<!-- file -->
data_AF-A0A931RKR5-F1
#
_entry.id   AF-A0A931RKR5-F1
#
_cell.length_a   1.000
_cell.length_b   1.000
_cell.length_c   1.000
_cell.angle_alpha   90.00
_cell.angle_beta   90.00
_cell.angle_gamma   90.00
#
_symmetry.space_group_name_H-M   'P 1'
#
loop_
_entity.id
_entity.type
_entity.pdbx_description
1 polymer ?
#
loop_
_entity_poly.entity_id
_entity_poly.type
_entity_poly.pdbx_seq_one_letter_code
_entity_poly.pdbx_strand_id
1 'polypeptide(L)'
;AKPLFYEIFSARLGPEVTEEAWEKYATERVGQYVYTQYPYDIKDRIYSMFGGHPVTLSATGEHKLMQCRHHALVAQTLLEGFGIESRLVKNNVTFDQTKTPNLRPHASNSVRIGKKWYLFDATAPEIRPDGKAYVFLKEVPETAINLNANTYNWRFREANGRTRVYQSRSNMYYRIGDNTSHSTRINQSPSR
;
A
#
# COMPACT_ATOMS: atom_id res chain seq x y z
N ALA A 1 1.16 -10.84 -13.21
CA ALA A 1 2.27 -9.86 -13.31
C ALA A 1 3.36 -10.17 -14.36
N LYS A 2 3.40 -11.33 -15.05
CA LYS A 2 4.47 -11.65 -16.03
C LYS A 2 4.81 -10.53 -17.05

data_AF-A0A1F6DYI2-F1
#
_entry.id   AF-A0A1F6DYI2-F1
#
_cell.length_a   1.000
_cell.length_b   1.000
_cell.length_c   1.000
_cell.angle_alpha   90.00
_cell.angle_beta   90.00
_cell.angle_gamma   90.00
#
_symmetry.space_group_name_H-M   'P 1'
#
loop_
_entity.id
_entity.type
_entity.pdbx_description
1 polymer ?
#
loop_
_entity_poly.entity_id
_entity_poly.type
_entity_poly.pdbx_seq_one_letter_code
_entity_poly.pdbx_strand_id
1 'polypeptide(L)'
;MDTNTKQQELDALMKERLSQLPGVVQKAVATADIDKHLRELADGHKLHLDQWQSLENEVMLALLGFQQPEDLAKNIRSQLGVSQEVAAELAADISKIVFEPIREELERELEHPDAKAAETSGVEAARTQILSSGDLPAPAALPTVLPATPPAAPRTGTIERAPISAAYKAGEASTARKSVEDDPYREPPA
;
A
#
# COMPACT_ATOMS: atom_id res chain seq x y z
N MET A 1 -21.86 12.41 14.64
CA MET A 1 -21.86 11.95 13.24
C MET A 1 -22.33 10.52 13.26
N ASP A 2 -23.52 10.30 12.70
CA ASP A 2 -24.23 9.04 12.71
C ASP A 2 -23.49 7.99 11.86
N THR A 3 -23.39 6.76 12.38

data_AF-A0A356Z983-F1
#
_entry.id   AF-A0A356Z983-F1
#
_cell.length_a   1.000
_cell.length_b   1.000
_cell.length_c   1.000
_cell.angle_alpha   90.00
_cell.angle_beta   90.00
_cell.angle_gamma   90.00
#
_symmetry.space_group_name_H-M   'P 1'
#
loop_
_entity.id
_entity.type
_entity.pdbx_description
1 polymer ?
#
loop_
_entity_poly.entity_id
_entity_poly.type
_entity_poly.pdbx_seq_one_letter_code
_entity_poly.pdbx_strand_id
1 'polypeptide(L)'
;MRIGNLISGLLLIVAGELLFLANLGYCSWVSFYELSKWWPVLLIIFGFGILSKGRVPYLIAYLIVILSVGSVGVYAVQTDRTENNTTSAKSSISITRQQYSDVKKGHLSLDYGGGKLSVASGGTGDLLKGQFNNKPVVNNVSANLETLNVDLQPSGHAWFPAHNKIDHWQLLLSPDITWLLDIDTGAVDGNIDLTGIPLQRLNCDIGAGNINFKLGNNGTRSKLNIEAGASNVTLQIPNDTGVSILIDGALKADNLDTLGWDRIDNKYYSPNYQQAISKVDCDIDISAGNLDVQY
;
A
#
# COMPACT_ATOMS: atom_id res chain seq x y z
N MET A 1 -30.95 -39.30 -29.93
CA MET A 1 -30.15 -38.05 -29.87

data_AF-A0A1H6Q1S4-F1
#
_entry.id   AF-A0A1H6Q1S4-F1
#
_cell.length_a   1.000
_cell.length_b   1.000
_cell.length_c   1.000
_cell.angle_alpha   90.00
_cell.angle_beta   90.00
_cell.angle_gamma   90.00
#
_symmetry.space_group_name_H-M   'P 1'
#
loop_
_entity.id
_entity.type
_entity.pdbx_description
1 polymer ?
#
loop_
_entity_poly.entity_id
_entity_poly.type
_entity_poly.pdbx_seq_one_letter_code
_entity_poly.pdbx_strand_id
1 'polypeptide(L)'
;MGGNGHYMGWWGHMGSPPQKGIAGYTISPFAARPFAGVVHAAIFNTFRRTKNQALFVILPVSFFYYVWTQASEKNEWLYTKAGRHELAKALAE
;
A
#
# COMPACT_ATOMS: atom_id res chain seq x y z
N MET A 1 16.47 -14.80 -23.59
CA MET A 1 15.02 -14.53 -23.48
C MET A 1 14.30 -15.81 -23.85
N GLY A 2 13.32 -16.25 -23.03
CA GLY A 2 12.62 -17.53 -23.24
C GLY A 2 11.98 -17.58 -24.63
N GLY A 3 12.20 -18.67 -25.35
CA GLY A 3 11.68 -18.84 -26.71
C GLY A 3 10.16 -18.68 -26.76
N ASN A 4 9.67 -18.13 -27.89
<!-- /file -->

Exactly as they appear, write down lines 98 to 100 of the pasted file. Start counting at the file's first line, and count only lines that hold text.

1 'polypeptide(L)'
;MRIGNLISGLLLIVAGELLFLANLGYCSWVSFYELSKWWPVLLIIFGFGILSKGRVPYLIAYLIVILSVGSVGVYAVQTDRTENNTTSAKSSISITRQQYSDVKKGHLSLDYGGGKLSVASGGTGDLLKGQFNNKPVVNNVSANLETLNVDLQPSGHAWFPAHNKIDHWQLLLSPDITWLLDIDTGAVDGNIDLTGIPLQRLNCDIGAGNINFKLGNNGTRSKLNIEAGASNVTLQIPNDTGVSILIDGALKADNLDTLGWDRIDNKYYSPNYQQAISKVDCDIDISAGNLDVQY
;